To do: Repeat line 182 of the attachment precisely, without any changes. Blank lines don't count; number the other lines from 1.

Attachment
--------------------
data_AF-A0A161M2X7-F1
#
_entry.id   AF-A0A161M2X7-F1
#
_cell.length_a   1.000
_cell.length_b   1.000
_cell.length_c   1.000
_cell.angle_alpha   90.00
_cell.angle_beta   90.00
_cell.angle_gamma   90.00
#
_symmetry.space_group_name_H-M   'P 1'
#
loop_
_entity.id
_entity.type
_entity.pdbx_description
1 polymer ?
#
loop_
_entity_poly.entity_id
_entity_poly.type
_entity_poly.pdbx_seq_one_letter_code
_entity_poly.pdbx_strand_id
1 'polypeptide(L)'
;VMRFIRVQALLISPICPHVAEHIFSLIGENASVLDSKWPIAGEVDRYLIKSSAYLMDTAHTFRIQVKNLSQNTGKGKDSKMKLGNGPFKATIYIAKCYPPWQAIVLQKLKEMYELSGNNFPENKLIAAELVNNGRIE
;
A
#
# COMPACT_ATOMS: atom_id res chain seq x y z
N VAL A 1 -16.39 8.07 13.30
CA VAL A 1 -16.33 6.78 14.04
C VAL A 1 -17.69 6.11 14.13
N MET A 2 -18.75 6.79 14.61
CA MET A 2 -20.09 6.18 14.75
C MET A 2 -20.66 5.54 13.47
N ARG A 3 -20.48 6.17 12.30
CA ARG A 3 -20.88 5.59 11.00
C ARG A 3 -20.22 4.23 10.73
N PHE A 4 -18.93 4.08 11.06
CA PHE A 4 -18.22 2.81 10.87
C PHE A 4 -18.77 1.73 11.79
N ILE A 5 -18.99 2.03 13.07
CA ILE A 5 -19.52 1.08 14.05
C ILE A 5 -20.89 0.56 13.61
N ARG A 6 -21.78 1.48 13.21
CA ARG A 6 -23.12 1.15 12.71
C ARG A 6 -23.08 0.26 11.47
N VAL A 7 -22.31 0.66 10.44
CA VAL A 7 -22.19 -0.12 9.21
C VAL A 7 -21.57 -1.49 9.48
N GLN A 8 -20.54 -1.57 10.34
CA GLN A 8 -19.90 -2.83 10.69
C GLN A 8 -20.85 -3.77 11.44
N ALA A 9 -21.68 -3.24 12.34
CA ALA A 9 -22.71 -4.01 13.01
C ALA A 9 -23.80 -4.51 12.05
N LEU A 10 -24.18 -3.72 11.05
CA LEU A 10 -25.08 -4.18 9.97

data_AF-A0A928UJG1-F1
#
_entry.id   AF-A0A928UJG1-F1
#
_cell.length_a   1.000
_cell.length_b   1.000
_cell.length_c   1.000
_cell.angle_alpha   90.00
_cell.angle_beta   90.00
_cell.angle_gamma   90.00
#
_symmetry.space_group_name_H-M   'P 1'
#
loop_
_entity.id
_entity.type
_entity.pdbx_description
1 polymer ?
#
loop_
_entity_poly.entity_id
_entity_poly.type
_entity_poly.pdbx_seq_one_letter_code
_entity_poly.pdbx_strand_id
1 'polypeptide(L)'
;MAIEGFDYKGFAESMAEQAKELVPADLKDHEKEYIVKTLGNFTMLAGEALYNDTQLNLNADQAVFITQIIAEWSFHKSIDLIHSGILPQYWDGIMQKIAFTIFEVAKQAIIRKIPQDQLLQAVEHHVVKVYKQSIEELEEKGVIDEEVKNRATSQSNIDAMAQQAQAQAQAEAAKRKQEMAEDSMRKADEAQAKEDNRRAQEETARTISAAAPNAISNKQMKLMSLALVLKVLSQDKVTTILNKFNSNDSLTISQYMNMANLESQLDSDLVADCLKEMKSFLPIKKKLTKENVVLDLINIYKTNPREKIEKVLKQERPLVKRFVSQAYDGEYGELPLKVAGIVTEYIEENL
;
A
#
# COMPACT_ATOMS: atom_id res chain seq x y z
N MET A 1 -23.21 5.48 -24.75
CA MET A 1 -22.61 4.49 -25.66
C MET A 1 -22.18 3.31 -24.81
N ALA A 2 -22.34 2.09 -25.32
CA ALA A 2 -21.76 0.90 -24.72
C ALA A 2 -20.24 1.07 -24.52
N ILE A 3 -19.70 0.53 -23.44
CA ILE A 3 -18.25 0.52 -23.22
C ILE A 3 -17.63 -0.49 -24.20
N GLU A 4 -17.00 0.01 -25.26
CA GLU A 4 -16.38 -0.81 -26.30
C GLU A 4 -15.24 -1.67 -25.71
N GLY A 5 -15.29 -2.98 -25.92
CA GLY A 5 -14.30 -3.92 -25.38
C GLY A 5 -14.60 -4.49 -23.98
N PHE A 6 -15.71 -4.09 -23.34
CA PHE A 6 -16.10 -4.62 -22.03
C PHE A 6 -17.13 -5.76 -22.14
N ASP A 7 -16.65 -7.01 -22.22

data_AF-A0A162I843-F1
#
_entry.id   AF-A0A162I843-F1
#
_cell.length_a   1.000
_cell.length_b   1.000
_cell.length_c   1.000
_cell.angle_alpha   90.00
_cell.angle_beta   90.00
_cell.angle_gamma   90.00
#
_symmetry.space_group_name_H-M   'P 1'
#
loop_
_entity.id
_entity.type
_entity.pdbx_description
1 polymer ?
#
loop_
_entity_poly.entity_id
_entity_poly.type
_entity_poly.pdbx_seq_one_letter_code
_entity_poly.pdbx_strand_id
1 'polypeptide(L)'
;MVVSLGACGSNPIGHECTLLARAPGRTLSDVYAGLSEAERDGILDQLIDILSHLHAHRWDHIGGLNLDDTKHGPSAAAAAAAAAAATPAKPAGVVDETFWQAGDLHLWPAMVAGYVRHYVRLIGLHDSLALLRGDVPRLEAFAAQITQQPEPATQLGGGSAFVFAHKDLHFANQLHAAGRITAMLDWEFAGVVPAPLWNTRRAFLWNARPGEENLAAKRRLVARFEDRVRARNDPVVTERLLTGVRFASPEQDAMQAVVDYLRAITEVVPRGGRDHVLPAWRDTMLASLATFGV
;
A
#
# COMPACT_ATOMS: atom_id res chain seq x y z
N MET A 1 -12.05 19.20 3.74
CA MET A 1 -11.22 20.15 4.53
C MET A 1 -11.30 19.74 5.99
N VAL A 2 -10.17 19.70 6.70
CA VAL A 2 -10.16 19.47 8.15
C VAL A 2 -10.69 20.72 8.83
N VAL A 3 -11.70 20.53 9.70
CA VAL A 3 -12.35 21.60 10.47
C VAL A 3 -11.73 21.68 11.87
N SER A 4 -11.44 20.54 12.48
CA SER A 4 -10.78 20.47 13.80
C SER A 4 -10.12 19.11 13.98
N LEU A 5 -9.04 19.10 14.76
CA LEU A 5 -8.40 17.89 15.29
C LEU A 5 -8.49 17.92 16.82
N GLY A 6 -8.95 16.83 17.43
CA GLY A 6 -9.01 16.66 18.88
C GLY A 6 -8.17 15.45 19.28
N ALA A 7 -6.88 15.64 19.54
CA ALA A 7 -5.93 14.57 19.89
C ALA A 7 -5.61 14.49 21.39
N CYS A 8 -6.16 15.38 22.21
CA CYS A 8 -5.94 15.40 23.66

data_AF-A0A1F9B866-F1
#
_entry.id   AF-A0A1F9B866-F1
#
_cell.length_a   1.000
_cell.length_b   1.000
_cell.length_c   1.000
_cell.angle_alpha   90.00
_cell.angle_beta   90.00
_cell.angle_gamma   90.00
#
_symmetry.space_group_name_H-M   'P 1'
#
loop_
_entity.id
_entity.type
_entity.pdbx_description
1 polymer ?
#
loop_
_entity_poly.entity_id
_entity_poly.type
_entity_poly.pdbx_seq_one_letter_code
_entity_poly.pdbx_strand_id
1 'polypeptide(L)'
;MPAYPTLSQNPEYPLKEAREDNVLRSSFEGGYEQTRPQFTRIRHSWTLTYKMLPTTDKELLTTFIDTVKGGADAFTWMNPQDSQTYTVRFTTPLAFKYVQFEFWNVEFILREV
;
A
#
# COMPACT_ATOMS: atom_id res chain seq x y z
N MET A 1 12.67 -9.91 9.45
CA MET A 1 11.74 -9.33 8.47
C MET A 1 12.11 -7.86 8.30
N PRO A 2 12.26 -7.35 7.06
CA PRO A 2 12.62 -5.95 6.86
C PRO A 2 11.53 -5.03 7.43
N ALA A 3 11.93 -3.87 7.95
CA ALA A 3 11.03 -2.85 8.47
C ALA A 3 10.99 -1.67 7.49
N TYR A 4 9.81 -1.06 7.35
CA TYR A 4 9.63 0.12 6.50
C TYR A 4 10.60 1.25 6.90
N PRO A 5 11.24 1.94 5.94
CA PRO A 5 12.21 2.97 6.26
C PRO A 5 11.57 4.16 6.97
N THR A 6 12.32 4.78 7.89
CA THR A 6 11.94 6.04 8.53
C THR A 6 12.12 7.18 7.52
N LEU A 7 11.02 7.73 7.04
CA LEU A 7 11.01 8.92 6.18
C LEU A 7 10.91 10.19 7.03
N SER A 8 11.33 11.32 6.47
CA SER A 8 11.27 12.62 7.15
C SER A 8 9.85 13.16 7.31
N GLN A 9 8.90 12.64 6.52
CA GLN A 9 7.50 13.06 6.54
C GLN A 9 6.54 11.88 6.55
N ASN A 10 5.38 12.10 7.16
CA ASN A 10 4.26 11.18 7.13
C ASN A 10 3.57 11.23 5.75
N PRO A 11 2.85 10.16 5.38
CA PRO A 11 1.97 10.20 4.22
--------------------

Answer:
_entity_poly.entity_id